• SEER 15.0 variable speed 2.0-ton air conditioner
  • Duct system within the conditioned space
  • Ceiling fans in main zone and exterior lighting on dedicated motion sensors
  • Landscape shading
  • Programmable thermostat

Work Tasks

As part of the project, FSEC would work with a builder in the vicinity of Lakeland, Florida to monitor two homes which are under construction. One of the houses would be of standard construction with typical appliances, insulation and standard equipment. The experimental home would contain the efficiency improvements and the PV element. Both would be extensively monitored. Specific work tasks would include:

  • Locate builder for building the PV-integrated and control home in the Lakeland area.
  • Work with builder to obtain necessary materials and equipment to complete construction.
  • Configure and install system PV system.
  • Set up detailed data acquisition systems and set up project data retrieval.
  • Set up Internet site with real time display of comparative data from the two sites.
  • Monitor data from two buildings during summer conditions in an unoccupied state.
  • Continue monitoring for a full year under occupied conditions.
  • Experiment with control strategies of system to provide optimum performance.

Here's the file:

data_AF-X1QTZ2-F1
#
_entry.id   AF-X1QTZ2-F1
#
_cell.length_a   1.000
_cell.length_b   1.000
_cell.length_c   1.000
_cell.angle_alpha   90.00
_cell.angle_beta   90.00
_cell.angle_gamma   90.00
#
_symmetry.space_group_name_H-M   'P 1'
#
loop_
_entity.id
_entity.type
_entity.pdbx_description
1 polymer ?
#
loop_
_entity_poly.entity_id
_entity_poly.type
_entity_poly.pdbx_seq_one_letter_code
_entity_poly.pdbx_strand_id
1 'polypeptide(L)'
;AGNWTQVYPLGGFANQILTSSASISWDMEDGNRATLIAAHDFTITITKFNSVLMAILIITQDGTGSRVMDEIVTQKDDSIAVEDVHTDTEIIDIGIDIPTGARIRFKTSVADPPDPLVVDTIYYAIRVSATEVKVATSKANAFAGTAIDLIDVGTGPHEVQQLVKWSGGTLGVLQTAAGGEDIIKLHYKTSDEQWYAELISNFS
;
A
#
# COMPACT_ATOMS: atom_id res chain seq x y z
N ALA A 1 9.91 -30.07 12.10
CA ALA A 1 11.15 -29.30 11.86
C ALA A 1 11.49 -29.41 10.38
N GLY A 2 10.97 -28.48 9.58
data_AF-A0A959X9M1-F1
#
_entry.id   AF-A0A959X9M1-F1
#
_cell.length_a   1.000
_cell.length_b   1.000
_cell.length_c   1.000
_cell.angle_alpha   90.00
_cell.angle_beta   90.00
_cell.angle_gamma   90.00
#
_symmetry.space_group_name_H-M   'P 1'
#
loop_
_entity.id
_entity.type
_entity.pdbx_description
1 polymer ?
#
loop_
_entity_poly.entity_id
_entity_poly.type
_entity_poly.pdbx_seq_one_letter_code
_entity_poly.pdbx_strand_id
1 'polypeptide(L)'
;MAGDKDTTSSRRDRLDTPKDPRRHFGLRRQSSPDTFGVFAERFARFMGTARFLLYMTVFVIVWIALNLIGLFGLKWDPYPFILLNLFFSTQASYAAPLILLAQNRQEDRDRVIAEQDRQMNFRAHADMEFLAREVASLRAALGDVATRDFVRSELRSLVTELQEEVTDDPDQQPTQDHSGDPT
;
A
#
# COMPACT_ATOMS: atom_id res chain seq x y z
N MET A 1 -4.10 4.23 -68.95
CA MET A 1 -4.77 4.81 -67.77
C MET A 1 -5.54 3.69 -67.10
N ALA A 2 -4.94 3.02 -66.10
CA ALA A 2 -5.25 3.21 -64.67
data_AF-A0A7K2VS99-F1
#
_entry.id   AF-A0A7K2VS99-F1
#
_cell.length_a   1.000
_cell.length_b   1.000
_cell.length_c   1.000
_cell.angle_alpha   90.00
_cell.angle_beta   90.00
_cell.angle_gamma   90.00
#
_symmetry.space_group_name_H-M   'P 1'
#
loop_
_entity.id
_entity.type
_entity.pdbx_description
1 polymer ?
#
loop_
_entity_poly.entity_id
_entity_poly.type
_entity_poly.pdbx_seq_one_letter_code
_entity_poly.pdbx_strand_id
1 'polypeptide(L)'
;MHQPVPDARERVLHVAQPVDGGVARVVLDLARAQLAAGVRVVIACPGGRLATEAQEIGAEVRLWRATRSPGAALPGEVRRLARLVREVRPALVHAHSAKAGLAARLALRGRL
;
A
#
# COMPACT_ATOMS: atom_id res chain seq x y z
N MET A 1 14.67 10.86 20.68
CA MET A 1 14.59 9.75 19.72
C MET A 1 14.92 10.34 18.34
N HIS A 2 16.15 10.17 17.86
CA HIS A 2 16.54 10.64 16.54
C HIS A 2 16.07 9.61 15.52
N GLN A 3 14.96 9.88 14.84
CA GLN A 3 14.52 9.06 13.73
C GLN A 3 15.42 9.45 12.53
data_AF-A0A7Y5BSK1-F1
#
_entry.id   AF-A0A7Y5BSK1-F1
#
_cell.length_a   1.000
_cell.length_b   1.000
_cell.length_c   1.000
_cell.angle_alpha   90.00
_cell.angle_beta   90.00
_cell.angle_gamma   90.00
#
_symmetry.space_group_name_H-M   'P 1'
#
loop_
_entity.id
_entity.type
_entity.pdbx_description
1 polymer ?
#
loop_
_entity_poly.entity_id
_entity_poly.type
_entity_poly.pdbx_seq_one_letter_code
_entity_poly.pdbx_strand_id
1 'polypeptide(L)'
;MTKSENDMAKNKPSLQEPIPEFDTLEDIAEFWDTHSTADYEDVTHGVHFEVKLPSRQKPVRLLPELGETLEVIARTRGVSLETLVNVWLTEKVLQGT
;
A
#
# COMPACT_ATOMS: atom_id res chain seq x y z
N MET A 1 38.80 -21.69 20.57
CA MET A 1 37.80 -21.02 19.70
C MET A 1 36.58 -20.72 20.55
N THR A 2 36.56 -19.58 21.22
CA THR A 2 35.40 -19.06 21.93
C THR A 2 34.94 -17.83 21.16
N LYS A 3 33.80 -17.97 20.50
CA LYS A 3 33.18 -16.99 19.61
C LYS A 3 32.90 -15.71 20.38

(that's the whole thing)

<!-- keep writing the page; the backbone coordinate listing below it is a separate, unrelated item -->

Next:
• Analyze data to assess comparative performance and proof of concept.

Other Progress Report Updates


1. Parker, D.S. and Dunlop, J.P., 1994. "Solar Photovoltaic Air Conditioning of Residential Buildings," Proceedings of the 1994 Summer Study on Energy Efficiency in Buildings, Vol. 3, p. 188, American Council for an Energy Efficient Economy, Washington D.C.

2. Parker, D., Fairey, P., Gueymard, C., McCluney, R., McIlvaine, J. and Stedman, T., 1992. Rebuilding for Efficiency: Improving the Energy Use of Reconstructed Residences in South Florida, FSEC-CR-562-92, Florida Solar Energy Center, Cocoa, FL.

3. "The Surprising Potential of Programmable Thermostats" and "Comprehensive Residential Retrofit Project," BDAC Energy Files, Vol. 3, No. 2, Building Design Assistance Center at the Florida Solar Energy Center, Cocoa. FL.

4. Parker, D., Barkaszi, S.F., Jr, Sherwin, J.R. and Richardson, C.S., 1996. "Central Air Conditioner Usage Patterns in a Hot Humid Climate: Influences on Energy Use and Peak Demand," Proceedings of the 1996 Summer Study on Energy Efficiency in Buildings, American Council for an Energy Efficient Economy, Vol. 8, p. 147, Washington D.C.

5. Parker, D.S., Barkaszi, S.F., Chandra, S. and Beal, D.J., 1995. "Measured Cooling Energy Savings from Reflective Roofing System in Florida," Proceedings of the Thermal Performance of the Exterior Envelopes of Buildings VI, DOE/ASHRAE, Clearwater, FL.

6. Ternes, M., Parker, D., and Barkaszi, S.F., 1996. "Modeled and Metered Energy Savings from Exterior Wall Insulation," Proceedings of the 1996 Summer Study on Energy Efficiency in Buildings, American Council for an Energy Efficient Economy, Vol. 10, Washington D.C.

7. Parker, D. and Schrum, L., 1996. Results from a Comprehensive Residential Lighting Retrofit, FSEC-CR-914-96, Florida Solar Energy Center, Cocoa, FL.